The UK-based Tobacco Manufacturers’ Association (TMA) yesterday published data showing how standardized tobacco packaging is failing in the UK.

The TMA said that while reducing smoking levels had been a key objective behind the introduction of standardized packaging in May 2017, the evidence indicated that there had been an upturn in smoking levels in recent months.

‘The Smoking Toolkit Study has found that on a three-month rolling average, from December 2017 to March 2018, smoking rates in England were higher than for the same time last year before plain packaging was fully introduced,’ the TMA said in a press note.

‘The TMA estimates that if the same effect was seen across the UK, there would be approximately 350,000 more adult smokers in March 2018 than a year before plain packaging was fully introduced.

‘This reflects international evidence that plain packaging doesn’t deter smoking. France introduced plain packaging in January 2016. The French Health Minister, Agnes Buzyn, recently admitted that: “Plain packaging did not contribute to the decrease of official tobacco sales”.’

At the same time, the TMA said, standardized tobacco packs had delivered a huge benefit to criminals because counterfeiting a single pack design was easier, cheaper and more profitable than was counterfeiting different designs.

‘Counterfeit plain packaged tobacco products have already been found across the country,’ the TMA said.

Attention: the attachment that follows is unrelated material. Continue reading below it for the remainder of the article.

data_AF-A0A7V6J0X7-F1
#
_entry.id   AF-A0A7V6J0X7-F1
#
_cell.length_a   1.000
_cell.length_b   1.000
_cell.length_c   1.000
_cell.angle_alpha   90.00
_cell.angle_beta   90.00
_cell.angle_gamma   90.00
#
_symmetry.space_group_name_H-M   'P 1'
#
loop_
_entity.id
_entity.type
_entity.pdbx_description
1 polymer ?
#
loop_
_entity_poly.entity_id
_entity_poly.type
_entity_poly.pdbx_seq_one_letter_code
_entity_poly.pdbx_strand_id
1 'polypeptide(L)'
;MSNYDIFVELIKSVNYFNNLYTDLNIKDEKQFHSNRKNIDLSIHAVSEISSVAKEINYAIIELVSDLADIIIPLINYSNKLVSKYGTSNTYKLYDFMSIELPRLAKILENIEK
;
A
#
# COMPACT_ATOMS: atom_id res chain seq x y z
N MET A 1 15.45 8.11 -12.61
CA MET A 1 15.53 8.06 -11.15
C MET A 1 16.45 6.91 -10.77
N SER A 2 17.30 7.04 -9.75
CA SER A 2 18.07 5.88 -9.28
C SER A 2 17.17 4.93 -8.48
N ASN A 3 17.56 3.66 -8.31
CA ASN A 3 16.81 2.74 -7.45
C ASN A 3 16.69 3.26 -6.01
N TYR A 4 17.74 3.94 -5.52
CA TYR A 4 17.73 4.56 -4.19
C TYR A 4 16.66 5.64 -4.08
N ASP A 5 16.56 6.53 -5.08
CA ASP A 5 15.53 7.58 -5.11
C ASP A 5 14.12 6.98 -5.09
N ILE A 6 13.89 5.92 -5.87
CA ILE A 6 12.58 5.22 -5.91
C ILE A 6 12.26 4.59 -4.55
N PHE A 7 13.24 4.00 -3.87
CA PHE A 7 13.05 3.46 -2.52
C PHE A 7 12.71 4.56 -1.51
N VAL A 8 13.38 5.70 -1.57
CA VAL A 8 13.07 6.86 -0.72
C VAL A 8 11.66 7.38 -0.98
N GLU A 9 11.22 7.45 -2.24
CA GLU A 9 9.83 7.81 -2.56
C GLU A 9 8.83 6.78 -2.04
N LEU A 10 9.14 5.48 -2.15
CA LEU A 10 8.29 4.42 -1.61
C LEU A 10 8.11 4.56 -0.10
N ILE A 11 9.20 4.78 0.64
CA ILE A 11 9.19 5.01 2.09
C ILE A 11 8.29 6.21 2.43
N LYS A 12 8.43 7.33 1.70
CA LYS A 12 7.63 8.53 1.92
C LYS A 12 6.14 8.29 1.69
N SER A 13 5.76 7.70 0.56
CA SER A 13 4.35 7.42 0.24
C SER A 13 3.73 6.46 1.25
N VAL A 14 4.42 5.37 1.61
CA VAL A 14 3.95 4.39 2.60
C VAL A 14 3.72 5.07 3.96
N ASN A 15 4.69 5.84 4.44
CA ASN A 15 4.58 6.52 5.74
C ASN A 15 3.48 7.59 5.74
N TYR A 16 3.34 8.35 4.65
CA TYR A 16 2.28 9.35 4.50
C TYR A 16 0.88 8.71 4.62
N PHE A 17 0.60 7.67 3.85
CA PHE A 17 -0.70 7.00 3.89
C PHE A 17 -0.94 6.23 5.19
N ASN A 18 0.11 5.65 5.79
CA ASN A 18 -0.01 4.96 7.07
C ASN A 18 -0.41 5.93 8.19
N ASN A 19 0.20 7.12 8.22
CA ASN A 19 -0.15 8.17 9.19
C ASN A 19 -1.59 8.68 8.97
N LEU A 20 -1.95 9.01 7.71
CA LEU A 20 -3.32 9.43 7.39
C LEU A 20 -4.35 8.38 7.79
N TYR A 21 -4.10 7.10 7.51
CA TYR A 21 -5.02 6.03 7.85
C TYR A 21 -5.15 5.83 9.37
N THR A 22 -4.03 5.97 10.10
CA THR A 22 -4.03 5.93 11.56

‘The Government was warned this would happen by the tobacco industry, law enforcement and intellectual property experts.’

Meanwhile, the TMA said that new polling it had conducted during the past two months had found that smokers were being pushed towards the illegal market by plain packaging. Over a quarter of UK smokers said that the measure had made them more likely to buy untaxed tobacco, the equivalent of 1.9 million people across the UK.

“The recent evidence shows that plain packaging appears to be failing in the UK like everywhere it has been introduced,” said Giles Roca, director general of the TMA.

“It appears not to be delivering the health outcomes it was claimed it would bring while at the same time is proving to be a boon to the black market by encouraging smokers to buy from illicit sources.

“The Government should recognise that plain packaging is failing and undertake a full and immediate review of this policy.”  

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